Before the administration of human albumin, correction of the circulating volume is required with the cautious application of crystalloid solutions to rule out pre-renal azotemia and ensuring that the urinary tract is permeable. It is administered as a 50 ml bottle containing human albumin in 25% solution in an intravenous infusion for 1 h followed by a dose of 40 mg of furosemide, this is repeated every 8 h23. The intention is to improve the redistribution of fluids and solutes from the interstitial space to the intravascular compartment to provide renal perfusion and thereby increase urine output. The therapy is based on an old recommendation of Fliser et al.24 and the so-called furosemide stress test published recently by Chawla et al.25. Patients who are candidates for human infusion of albumin must remain in an intensive care unit for the immediate treatment of any eventuality23,26. The consensus of the experts is that acute tubular necrosis is the most frequent cause of little or no response to treatment25. Clinical studies whose design is aimed at demonstrating the effect of the restoration of PCOP are necessary before recommending the use of generalized human albumin.


Undoubtedly, the contribution of the descriptive studies from autopsy material and biopsies of the organs of patients with preeclampsia, eclampsia, and HELLP syndrome has historically contributed to the knowledge of vascular alterations due to the disease. At present, the authorization to carry out postmortem studies in Mexico and in the world is restricted and a biopsy performed during pregnancy is only carried out in selected cases. In addition to these two situations, the fact that there is no animal model of experimentation to study preeclampsia is factors that have not advanced in the investigation of the structure of maternal blood vessels.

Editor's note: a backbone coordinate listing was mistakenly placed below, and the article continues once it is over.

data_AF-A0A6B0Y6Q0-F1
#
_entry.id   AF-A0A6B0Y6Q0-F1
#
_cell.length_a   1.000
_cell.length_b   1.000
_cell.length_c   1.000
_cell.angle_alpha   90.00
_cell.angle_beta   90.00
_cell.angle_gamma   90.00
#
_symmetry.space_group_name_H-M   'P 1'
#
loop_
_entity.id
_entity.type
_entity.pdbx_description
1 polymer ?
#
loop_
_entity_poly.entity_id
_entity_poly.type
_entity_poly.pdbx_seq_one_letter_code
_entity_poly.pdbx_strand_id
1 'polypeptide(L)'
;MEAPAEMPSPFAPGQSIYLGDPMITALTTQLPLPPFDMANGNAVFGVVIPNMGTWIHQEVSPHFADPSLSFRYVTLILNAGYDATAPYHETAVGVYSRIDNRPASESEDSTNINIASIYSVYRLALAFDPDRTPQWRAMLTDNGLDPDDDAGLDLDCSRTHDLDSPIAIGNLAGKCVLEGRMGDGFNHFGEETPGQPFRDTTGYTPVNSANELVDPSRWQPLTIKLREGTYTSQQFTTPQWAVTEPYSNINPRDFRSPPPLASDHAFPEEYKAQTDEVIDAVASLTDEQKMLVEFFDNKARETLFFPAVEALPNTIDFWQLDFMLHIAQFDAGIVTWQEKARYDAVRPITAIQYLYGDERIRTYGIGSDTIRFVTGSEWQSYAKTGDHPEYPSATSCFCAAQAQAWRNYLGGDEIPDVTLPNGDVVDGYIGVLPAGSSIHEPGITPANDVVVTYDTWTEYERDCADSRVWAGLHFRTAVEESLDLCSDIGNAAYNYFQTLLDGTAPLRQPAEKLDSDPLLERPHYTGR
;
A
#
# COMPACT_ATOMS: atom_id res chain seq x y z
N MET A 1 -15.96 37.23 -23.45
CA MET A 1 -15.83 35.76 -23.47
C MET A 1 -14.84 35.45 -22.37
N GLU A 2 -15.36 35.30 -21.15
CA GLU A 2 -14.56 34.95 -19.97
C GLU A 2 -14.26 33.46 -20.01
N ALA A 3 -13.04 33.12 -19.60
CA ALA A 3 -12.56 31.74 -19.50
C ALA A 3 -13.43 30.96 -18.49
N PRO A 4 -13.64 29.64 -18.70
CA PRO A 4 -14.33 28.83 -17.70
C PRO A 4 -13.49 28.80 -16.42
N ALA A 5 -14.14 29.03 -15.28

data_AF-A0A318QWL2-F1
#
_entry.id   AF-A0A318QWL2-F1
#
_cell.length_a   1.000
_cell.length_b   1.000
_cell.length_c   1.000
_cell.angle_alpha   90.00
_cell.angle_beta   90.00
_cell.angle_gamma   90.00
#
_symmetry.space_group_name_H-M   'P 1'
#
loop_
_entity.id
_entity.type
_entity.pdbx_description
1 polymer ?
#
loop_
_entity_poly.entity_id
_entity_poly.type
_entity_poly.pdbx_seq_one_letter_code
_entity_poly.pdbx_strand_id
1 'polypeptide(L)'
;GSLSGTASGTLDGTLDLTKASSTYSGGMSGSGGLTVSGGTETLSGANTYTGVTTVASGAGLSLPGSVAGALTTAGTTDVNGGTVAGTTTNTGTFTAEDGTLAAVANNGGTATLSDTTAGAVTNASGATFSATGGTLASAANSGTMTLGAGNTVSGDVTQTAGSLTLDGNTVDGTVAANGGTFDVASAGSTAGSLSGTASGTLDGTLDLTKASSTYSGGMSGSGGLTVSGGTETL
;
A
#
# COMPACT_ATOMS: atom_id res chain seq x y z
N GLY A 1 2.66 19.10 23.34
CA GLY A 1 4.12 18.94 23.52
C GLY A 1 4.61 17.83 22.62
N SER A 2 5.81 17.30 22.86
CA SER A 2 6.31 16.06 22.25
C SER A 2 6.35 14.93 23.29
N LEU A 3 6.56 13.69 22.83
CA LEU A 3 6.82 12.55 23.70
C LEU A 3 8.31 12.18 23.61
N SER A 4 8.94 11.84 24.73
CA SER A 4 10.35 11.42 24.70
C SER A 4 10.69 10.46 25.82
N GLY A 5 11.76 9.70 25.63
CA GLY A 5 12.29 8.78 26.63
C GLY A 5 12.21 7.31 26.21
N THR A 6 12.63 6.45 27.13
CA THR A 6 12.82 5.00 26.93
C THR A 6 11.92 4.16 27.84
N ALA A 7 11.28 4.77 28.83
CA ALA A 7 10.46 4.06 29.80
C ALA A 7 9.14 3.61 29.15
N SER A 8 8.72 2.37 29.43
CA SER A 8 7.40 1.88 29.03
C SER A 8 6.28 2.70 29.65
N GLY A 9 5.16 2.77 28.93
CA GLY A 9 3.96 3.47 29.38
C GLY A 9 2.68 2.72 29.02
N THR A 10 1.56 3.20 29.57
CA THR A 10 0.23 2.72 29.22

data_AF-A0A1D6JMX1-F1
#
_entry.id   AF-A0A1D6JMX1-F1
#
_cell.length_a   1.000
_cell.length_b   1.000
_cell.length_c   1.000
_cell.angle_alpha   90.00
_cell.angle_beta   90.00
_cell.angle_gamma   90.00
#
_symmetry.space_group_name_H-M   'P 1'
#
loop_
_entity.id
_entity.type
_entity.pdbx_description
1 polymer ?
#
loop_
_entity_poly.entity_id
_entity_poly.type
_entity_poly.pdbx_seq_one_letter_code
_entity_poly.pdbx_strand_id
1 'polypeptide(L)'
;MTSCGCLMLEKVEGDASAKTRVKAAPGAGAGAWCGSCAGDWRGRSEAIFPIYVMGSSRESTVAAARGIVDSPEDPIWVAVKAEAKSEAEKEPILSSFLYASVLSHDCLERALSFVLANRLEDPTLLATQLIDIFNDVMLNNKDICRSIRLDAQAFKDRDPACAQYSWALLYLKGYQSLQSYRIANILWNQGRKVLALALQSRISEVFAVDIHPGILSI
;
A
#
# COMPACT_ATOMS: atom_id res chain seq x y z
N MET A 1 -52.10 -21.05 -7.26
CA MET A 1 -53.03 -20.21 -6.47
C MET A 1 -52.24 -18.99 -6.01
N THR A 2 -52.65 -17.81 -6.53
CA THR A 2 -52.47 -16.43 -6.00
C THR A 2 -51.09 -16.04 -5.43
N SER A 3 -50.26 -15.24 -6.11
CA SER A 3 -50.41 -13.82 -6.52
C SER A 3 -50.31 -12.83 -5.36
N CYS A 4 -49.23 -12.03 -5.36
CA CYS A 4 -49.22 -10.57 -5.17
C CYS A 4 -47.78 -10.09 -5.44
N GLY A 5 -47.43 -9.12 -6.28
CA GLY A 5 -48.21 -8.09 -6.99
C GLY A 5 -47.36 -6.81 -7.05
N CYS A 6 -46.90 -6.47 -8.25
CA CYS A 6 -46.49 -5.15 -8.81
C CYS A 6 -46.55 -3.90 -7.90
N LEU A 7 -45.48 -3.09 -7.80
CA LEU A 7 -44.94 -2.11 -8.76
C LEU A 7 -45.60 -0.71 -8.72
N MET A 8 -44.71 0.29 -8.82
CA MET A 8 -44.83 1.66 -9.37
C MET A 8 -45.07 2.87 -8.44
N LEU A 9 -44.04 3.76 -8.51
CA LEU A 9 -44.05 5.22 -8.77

The idea of the researchers that the issue is exhausted is an unfortunate thought, the possibility of innovation exists. For example, based on the descriptions of the medical literature of the last century and the most recent decades, Vázquez-Rodríguez18,27 has proposed a classification of vascular damage in preeclampsia, which orders the histopathological findings by degrees of injury. It has been called the classification of "preeclamptic vasculopathy" ranging from Grade 0 or normal appearance to Grade 5 that includes thrombosis (Table 2).

Because the majority of patients with severe preeclampsia, eclampsia and HELLP syndrome undergo cesarean section for gestational interruption and the involvement of serous agents in the disease has been documented, a biopsy of the parietal peritoneum has been proposed by Vázquez-Rodríguez18,27. It can be a useful tool to study arterial and capillary vessels in preeclamptic patients, especially in the most severe cases or with diagnostic doubts (Table 4).

Tabla 4 Future research 

Vascular structures Topic
Glycocalyx Integrity, changes in its electrical charge and molecular composition in preeclampsia
Intimate layer and middle layer Intima-media thickness as a criterion of vascular involvement in a peritoneal biopsy, and equivalent to the ultrasonographic measurement of the common carotid artery
Intimate, basement membrane, middle layer Differential stains, deposits of immune complexes, molecular changes, and hormonal effects
Middle layer, muscular layer Affectation of the contractile apparatus, vascular hyperreactivity, and effect of drugs
All layers Preeclampsia and the aging process and vice versa